LAHORE: The provincial government has decided to acquire consulting services to roll out the Punjab Intermediate Cities Improvement Investment Project (PICIIP).
The $250 million programme is aimed at bringing about an improvement in key urban sectors, including water, sanitation, urban transport and spaces like parks and riverbanks, in Sahiwal and Sialkot. According to official documents, the project has been prepared by the Asian Development Bank (ADB) for which it will also provide a loan of $200 million. The remaining $50 million will be allocated by the Punjab govt.
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Speaking to The Express Tribune, The Urban Unit CEO Dr Nasir Javed said the process for hiring the consultants had been started. As soon as the process is completed and other formalities are met, the project will be rolled out. “The process will take at least six months as there are several requirements of the lending agency for this project, the ADB.”
Under the project, the government will procure goods and services through 27 packages with an estimated cost of $199.25 million. It will also recruit six consulting firms and individual consultants with an estimated $21.58 million.
The Punjab government requested the ADB in 2015 to process a new urban sector project covering key development initiatives in Sahiwal and Sialkot. The ADB has approved the loan now. The implementation period for the loan is between December 31, 2017 and December 31, 2023. The Punjab Local Government and Community Development Department is the executing agency, while the city governments of Sahiwal and Sialkot will play the role of implementing agencies.
Giving the rationale for the project, the documents state that the cities are the economic, social and innovative core of Pakistan that generate most wealth and are home to about 40% of the country’s population. The cities, particularly the intermediate ones, are developing at a faster rate and this has led to a rapid expansion of the urban environment, but in an uncoordinated, unplanned and unregulated manner. Water supply, wastewater collection and treatment, storm water drainage and the urban road networks are increasingly unable to respond to the population pressure and economic demands.
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The residents are facing problems such as lack of open spaces and civic amenities, the project documents say, pointing out a growing demand to make the cities more liveable to promote better living standards, improve public health and develop the economy in an appropriate and sustainable manner.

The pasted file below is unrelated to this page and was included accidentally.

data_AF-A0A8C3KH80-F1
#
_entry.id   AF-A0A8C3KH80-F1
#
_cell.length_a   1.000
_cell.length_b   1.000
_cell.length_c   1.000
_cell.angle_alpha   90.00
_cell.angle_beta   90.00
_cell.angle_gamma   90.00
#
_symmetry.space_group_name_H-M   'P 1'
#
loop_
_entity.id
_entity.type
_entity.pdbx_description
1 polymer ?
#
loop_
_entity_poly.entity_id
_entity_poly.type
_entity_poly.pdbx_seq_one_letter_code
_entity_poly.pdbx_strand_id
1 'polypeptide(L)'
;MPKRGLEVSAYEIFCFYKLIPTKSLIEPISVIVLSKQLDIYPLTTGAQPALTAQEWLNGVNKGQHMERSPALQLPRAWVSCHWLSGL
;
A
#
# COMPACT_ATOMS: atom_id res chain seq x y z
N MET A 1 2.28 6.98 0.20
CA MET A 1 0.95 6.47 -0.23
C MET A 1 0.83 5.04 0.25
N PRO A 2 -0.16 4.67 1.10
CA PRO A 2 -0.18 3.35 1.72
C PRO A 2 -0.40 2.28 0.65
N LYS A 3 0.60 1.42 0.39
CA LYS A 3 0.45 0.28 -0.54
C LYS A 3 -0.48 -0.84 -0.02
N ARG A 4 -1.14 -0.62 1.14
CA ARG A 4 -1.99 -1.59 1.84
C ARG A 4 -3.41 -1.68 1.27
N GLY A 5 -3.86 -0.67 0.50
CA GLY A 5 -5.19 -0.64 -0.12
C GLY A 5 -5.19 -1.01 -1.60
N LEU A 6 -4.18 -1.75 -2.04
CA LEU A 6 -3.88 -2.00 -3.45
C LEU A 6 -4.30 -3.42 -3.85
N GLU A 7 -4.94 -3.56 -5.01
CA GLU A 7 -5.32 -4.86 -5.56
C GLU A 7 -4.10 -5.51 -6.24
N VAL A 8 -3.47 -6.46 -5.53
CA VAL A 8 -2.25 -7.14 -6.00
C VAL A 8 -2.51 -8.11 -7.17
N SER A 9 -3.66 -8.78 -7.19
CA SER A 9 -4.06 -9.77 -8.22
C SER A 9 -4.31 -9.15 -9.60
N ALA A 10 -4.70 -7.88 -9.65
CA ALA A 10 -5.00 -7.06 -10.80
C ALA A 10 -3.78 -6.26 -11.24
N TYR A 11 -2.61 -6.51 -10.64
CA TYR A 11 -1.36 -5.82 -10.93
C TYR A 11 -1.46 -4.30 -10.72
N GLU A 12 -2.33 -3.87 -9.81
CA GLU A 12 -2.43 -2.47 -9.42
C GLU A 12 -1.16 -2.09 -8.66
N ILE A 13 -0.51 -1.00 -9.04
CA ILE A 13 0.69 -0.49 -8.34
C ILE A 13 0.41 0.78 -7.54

Under the project, water supply systems will be improved through the installation and rehabilitation of 114 boreholes and tube wells, 22 reservoirs, 20 pumping stations, approximately 350 kilometres of pipes, up to 15,000 metered customer connections of which 1,400 will have pre-paid meters on a pilot basis, and new supervisory control and data administration (SCADA) systems.
The scheme will also improve sanitation systems through the installation and rehabilitation of 18 sewage pumping stations, replacement of about 40km of sewer pipes, provision of missing equipment for wastewater management, unblocking of local drains and construction of centralised wastewater treatment plants. Equipment will be procured for improved collection and segregation of solid waste.
Urban public spaces will be improved through the rehabilitation of 11 parks, seven-kilometre green belts, major streets, footpaths, riverbank paths and three bus terminals, which serve as critical hubs for regional transport systems. Local shops, vendors and companies may expand business opportunities with the upgraded facilities.
The project is also aimed at promoting behaviour changes in hygiene practice and environment through a partnership with youth groups and civil society organisations. Targeted public awareness campaigns will be organised.
Published in The Express Tribune, September 26th, 2017.
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